When Geraldine Brooks was a 15-year-old in Sydney, Australia, she became obsessed with Jewish history. Although her family wasn’t Jewish, her father was “a classic lefty Zionist” who had served in Palestine with the Australian army and saw the socialism of the kibbutz movement as the answer to everything. “This was the background noise in my childhood,” she says. “I was a pretty nerdy kid. I memorized Yevtushenko’s poem about Babi Yar. I think I was the only kid in the Sydney school system who wrote about the Suez Crisis.”
When she fell in love with a Jewish man (fellow journalist Tony Horwitz), she converted. “There was no way I was going to be a part of the end of the line,” she says. “It was more about history than anything faith based.” Since leaving the life of a war correspondent behind to start a family, Brooks has written three works of nonfiction and five novels, including two with Jewish themes: The People of the Book, about the Sarajevo Haggadah, and most recently, The Secret Chord, which imagines the life of David, the Biblical king, musician, warrior, lover, hero, and imperfect human being.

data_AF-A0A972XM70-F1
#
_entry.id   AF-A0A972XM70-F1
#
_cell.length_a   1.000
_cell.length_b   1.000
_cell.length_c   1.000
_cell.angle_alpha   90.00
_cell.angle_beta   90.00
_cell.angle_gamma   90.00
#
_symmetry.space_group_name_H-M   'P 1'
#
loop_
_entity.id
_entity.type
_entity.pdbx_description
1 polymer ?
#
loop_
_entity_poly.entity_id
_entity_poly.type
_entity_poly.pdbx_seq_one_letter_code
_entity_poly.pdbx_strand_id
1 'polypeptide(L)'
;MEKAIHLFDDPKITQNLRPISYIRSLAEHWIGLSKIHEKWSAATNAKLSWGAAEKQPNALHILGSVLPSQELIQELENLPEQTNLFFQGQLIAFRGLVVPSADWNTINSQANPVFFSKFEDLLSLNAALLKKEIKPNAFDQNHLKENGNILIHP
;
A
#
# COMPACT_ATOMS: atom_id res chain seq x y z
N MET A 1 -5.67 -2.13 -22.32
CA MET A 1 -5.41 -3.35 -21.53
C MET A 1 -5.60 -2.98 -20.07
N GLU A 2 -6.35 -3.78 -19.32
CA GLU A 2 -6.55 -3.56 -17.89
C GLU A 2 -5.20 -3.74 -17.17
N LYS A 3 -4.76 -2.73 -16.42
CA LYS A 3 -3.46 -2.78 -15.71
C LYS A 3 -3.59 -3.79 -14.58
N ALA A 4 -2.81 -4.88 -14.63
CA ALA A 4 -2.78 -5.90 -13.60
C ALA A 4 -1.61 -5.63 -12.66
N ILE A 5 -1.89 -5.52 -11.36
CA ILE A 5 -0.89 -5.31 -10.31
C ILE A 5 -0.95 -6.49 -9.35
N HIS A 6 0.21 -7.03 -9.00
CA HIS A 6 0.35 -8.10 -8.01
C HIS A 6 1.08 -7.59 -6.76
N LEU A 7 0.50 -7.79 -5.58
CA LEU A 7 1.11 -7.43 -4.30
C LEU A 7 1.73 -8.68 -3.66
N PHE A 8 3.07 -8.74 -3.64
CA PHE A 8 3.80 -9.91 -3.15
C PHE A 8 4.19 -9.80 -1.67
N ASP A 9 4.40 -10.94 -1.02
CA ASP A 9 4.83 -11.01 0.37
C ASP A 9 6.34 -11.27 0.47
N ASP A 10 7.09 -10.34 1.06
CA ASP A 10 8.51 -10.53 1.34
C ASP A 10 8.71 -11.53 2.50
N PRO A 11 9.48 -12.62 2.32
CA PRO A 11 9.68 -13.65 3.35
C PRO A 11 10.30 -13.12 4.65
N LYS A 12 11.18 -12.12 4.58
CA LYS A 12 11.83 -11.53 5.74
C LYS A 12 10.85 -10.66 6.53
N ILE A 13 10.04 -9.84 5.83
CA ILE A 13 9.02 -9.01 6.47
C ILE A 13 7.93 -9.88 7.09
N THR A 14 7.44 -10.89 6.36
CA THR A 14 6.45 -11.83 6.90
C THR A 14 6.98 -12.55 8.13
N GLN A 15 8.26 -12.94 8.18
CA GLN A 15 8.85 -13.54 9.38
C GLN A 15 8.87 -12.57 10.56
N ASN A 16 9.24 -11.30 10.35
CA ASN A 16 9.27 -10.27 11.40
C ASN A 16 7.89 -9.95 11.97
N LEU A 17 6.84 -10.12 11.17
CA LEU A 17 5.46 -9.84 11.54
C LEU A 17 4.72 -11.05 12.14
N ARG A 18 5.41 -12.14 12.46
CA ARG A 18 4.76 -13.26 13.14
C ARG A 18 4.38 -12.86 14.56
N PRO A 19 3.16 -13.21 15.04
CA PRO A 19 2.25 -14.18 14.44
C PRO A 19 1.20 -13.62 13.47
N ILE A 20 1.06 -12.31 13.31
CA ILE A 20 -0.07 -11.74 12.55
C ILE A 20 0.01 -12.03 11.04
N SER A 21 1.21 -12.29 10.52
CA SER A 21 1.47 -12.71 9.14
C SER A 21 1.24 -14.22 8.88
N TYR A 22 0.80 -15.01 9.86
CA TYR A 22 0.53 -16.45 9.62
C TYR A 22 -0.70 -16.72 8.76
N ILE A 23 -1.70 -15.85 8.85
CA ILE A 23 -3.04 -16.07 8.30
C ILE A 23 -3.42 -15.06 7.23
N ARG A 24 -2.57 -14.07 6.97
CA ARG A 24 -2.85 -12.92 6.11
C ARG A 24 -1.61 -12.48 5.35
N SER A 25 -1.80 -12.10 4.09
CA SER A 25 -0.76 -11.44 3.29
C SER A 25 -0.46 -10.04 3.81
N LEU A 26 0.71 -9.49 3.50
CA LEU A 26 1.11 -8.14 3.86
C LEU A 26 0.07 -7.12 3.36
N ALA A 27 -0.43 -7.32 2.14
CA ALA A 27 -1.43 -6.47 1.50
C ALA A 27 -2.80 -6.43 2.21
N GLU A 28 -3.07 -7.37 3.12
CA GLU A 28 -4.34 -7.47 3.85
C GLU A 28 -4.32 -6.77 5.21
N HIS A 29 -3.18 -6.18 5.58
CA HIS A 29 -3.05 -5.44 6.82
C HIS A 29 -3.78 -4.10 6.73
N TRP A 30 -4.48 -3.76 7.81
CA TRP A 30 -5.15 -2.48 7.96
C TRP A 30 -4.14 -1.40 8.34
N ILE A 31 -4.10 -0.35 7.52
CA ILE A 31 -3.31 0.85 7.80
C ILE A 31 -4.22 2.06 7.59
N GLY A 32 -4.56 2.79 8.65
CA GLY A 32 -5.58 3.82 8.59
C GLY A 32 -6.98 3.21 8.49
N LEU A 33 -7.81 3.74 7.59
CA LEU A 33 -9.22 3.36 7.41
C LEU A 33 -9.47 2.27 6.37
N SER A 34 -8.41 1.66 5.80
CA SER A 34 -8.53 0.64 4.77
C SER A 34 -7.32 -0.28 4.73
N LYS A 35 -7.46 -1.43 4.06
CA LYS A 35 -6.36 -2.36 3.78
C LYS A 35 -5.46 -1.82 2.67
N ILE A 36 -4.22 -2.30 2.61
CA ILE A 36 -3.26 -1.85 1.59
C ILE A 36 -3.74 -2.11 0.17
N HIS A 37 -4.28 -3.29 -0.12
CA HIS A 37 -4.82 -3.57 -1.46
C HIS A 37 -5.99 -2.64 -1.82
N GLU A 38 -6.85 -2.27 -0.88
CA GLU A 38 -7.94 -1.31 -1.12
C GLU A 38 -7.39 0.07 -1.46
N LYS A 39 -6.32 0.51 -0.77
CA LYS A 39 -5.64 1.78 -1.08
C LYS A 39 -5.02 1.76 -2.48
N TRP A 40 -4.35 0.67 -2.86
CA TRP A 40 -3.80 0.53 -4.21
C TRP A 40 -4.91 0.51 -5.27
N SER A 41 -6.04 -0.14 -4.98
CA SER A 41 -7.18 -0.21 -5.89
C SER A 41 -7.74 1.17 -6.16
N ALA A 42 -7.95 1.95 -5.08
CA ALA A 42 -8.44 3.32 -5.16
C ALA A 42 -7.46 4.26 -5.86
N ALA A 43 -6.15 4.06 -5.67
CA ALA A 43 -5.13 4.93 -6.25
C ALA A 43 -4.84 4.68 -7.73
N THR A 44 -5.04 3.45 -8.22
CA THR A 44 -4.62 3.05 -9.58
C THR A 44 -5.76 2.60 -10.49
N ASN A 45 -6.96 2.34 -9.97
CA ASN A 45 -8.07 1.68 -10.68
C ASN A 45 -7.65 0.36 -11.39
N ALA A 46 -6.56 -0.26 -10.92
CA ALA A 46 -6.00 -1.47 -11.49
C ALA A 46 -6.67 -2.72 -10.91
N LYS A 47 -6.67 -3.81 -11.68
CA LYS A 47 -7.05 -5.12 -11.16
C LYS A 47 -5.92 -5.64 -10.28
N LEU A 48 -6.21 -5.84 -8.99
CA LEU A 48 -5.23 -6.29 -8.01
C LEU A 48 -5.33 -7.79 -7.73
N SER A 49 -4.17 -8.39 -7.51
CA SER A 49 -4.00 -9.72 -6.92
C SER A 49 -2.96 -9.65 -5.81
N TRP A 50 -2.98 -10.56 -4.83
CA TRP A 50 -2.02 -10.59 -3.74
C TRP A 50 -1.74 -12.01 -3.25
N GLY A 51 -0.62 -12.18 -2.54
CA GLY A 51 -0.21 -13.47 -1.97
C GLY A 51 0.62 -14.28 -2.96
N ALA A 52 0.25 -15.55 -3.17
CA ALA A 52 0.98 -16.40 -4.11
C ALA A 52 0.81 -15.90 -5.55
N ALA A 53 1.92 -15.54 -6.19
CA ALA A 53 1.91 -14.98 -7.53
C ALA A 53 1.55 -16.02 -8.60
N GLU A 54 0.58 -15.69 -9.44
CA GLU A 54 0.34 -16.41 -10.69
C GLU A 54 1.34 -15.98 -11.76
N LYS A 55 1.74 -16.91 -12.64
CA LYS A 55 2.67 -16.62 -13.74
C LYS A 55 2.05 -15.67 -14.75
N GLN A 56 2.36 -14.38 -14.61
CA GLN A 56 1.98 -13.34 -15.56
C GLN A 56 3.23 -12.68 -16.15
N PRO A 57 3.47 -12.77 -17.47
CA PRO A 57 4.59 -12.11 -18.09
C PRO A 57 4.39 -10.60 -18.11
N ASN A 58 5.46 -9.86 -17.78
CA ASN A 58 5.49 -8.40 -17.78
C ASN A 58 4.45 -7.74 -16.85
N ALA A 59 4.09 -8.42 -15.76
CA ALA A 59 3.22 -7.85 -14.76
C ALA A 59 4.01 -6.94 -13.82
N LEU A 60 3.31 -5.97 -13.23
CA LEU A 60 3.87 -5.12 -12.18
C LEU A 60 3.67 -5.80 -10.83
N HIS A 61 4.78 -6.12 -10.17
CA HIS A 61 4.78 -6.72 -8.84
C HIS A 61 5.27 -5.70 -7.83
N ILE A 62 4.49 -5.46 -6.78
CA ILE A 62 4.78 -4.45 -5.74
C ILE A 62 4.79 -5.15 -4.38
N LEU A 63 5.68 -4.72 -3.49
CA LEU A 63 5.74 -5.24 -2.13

“His failings are very commonplace failings,” Brooks says. “His willingness to betray his own principles: that happens every day in Washington. It was interesting that David Petraeus was called King David by his soldiers. Most kings aren’t willing to address their failings. When confronted by Nathan, David says, ‘How can I clean up my mess?’ That’s an important lesson.”
Brooks credits her years of war reporting for character development. “I drew on it for this book to bring a certain reality and vividness to the battle scenes,” she says. “I kind of used Saddam Hussein’s morally lost sons to imagine Amnon and Absalom. And I drew from women in the Middle East who have no public power but who nevertheless have a lot of agency.”
Although she was surprised to find that David exists in no other historical record outside the Bible — which calls his historical legitimacy into question — Brooks believes he existed. “No people would make up such a flawed character as their national hero. Everything happened to him. That’s the most intriguing thing. Every possible blessing and every possible curse.”